Episode #42

Hacking for Good

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Tuesday, July 09, 2013

Hacking groups like Anonymous have gained notoriety for breaking into the websites and databases of corporations and governments. Chinese hackers have been accused of stealing intellectual property from the U.S. government and businesses.

But not all hacking is quite as secretive or sinister.

There are now education hackathons, sustainability hackathons, even Sandy recovery hackathons

This week New Tech City tackles the growing trend of civic hackathons where teams of programmers collaborate to solve problems plaguing local government by creating new software or apps in just a few hours or a weekend. 

As WNYC's Ilya Marritz reports, price-gouging at bodegas in Newark was one of three problems participants took on at one such hackathon run by the Wagner School of Public Service at New York University.  (If you've participated in a hackathon, take our survey!)

Plus, host Manoush Zomorodi speaks with the Atlantic Wire's Rebecca Greenfield about the future of the password: Biometrics? A pill? Maybe a physical key?

This is an extended podcast of New Tech CityYou can listen to the broadcast version every Wednesday morning at 5:50 and 7:50 a.m. on WNYC 93.9 FM and AM 820 and New Jersey Public Radio or subscribe to the program on iTunes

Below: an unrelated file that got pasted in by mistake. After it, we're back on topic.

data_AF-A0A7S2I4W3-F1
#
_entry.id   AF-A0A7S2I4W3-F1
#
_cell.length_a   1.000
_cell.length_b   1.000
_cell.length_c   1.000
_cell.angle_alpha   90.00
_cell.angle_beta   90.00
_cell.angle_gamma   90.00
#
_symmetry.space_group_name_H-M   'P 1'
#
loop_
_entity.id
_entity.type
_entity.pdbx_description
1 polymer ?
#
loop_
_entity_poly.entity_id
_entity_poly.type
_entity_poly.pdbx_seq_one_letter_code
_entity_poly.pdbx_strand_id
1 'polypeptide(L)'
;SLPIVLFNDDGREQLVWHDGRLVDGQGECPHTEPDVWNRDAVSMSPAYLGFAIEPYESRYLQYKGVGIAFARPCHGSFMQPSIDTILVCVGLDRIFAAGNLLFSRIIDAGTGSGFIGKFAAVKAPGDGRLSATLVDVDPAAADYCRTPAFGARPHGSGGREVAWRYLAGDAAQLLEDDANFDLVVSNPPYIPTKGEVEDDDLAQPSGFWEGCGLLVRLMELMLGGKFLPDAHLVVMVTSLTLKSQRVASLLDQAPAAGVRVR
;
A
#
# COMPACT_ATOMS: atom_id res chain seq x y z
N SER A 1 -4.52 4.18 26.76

Rebecca Greenfield

Hosted by:

Manoush Zomorodi

Produced by:

Wayne Shulmister and Daniel P. Tucker


Ilya Marritz

Hackathons - Who Sponsors Them and Why?

The explosion of civic-minded hackathons raises the question of what the organizations funding them are trying to accomplish. 

Comments [2]

Take the New Tech City Hackathon Survey

There's been an explosion of hackathons in the last couple of years, including the civic hackathons New Tech City reported on this week. Have you ever attended one? If so, take our survey and let us know how it went. We'll be crunching the data and answers and reporting back to you on some of the trends. 

Comments [3]

Civic Hackers Take on the Problems of the Poor

People in the tech world have sometimes been accused of catering mainly to their own needs, with apps for hailing taxis and finding romantic partners. But there’s another movement afoot – so called “civic hacking," aimed at solving serious problems.

Comments [1]

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